votion, I would have carved out a
career for myself somehow without re-
y&zt- r-wnSQiS
Wilson Is a first-class sort
And a proper man.
Goes in for the good old sport; ,
He's a fan, '
For four years he's ruler of
All our goodly clan.
And he!s worthy of our love;
He's .a fan. '
Maybe you're jio Democrat
But you'll lift the ban
When you know for certain that
He's a fan.
IT. H. TonUce fa walking from Saa Fraachco to
Bangor. Me., about 3,966 alias.
Maurice Connolly, of Dubuque, Js the
m'ot highly and variously cducatetl per
son in the new House of Congress. And
he represents an agricultural district In
the Iowa corn belt.
The man was trained by Georgetown
University, Cornell, the New York Law
School. Oxford, and Heidelberg. In the
order given. He knows practically all the
polite arts, and has had a glimpse at
nearly everything one can learn In the
schools and colleges from Chaucer to vet
erinary surgery.
Connolly also Is the greatest human ex
emplification of, anti-climax. From early
boyhood he has prepared painstakingly
for the diplomatic service.
Just Imagine setting your head and
heart on a high place in the Diplomatic
Corps, a position of honor, income, ease.
suede gloves, wood violet, white spats,
and things, and then ending up at Wash
ington in a check suit, felt hat string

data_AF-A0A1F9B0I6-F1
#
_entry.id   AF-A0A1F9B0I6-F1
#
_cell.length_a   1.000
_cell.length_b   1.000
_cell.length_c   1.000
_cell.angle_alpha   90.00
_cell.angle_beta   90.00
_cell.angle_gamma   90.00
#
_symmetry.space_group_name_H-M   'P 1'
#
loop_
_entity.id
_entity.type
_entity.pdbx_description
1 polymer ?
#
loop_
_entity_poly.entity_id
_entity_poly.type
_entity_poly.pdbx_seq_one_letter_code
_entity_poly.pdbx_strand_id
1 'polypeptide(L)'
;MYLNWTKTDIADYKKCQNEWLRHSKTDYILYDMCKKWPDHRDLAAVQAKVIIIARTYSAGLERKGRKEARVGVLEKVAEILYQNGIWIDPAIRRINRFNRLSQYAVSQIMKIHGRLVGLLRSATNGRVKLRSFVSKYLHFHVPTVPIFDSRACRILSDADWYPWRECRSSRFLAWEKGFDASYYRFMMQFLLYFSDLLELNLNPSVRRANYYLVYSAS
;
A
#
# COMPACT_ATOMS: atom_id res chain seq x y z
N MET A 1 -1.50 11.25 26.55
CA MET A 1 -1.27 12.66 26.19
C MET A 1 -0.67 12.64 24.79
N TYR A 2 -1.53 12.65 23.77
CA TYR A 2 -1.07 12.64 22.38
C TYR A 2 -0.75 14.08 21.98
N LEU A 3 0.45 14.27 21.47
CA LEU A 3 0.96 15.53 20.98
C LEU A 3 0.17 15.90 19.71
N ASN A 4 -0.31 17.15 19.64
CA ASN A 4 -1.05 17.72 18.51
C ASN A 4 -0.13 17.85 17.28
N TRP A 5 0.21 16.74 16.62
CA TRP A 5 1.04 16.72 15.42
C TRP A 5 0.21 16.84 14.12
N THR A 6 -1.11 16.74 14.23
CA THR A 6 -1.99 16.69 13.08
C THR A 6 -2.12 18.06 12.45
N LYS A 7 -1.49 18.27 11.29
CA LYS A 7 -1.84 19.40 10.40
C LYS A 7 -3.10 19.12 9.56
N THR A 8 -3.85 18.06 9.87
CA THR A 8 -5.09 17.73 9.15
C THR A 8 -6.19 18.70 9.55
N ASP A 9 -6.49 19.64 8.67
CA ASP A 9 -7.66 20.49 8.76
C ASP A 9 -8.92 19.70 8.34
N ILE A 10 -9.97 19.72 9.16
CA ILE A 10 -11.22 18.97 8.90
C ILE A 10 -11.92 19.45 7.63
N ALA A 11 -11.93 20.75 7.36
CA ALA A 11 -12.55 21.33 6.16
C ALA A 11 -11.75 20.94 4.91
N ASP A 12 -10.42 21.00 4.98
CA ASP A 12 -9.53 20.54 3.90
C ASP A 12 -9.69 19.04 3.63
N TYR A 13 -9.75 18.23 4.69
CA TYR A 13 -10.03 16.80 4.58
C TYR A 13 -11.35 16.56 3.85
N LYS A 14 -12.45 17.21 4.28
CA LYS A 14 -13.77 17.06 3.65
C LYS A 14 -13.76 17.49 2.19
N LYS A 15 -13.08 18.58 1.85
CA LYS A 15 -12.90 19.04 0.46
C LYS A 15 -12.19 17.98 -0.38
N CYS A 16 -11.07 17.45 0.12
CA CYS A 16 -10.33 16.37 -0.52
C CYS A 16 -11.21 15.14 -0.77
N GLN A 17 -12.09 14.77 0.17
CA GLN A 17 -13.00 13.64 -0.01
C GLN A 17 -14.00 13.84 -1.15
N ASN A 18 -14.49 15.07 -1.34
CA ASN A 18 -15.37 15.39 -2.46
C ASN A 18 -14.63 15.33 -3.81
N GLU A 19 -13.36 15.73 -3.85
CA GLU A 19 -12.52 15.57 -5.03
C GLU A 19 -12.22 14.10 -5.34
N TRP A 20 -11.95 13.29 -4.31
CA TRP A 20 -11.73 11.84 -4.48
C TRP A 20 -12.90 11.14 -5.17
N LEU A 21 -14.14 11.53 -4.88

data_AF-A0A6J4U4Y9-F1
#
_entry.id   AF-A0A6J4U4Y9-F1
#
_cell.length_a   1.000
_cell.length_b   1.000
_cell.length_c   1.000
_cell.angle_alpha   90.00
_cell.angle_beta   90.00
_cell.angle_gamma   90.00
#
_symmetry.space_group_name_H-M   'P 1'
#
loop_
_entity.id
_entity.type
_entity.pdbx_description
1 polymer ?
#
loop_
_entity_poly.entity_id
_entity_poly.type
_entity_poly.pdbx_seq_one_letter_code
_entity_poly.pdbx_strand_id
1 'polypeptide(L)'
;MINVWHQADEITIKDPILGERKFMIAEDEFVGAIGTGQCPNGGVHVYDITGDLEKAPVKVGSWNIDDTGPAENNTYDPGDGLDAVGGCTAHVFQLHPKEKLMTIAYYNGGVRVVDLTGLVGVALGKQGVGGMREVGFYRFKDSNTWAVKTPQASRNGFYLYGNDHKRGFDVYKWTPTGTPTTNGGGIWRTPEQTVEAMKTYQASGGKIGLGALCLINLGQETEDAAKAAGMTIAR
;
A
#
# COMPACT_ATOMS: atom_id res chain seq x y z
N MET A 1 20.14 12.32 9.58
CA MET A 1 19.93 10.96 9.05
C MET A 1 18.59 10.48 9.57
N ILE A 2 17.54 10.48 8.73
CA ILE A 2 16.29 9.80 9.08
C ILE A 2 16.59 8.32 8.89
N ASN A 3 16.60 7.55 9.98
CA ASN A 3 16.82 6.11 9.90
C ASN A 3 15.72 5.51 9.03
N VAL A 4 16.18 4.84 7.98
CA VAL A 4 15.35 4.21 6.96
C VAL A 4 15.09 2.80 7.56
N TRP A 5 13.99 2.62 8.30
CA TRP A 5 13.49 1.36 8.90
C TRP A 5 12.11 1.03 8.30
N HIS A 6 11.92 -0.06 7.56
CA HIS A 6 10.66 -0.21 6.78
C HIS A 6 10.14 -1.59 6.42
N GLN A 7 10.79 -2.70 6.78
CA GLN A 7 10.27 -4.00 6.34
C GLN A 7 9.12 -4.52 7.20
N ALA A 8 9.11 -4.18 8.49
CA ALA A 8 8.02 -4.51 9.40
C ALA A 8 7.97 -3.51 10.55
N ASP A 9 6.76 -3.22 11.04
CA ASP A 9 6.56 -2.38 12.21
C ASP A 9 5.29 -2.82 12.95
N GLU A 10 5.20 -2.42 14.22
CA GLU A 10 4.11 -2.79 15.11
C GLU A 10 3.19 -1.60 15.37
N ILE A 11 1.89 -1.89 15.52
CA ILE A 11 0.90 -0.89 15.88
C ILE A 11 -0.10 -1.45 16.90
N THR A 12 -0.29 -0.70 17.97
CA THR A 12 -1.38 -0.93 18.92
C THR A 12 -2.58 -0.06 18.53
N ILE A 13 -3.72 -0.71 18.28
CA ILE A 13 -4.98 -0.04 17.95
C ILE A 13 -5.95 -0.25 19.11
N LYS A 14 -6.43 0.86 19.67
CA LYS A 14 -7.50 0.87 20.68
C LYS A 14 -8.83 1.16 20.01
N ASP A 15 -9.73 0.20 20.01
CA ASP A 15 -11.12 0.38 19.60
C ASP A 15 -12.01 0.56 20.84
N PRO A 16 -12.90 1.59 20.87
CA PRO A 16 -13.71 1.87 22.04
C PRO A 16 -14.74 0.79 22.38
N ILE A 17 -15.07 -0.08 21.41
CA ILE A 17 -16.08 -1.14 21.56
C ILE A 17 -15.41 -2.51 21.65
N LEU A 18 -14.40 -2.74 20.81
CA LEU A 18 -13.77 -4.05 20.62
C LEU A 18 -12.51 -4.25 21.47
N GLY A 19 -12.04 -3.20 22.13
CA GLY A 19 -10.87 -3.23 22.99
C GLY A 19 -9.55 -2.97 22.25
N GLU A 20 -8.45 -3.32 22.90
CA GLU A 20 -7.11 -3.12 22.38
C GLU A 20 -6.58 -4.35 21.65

tie, and holeproof socks to represent the
"monkey wrench" district in the corn
belt-of Iowa! Jt is almost like having
set one's boyish ambition on being a
railroad engineer and then being forced
into a bank in young manhood.
Besides having to do a term in Con
gress, Connolly is president of the Du-
buequc Country and Golf Club, and he is
a bachelor. All those things, nowever,
cause him little distress. The thing that
annoys Connolly the most Is the way
people pronounce his first name. Many
insist on making it Maw-russ, as in the
works of Montague Glass, and others
have it Maw-rcccc. as with Maeterlinck.
In reality, It Is just plain Maurice, as in
Morris chair. A good way to get along
amicably with Connolly is to avoid any
nomenclatural variations.
The phnse that will make Connolly
most noticed here, though. Is a gitt of
oratory that approaches genius. Those
who go in for metaphor of the Edmund
Burke school are destined to gasp when
Maurice Connolly gets up In the House,
rests his chin on his chest, thrusts his
right hand into, his heaving bosom, ad-
Justs his legs, and begins to show sam
Connolly shines, too, as an atter-dln-ner
wit. He is mostly Irish, though the
Maurice In his name serves to create
confusion, it Is like asking a stranger
to guess the nationality ot persons with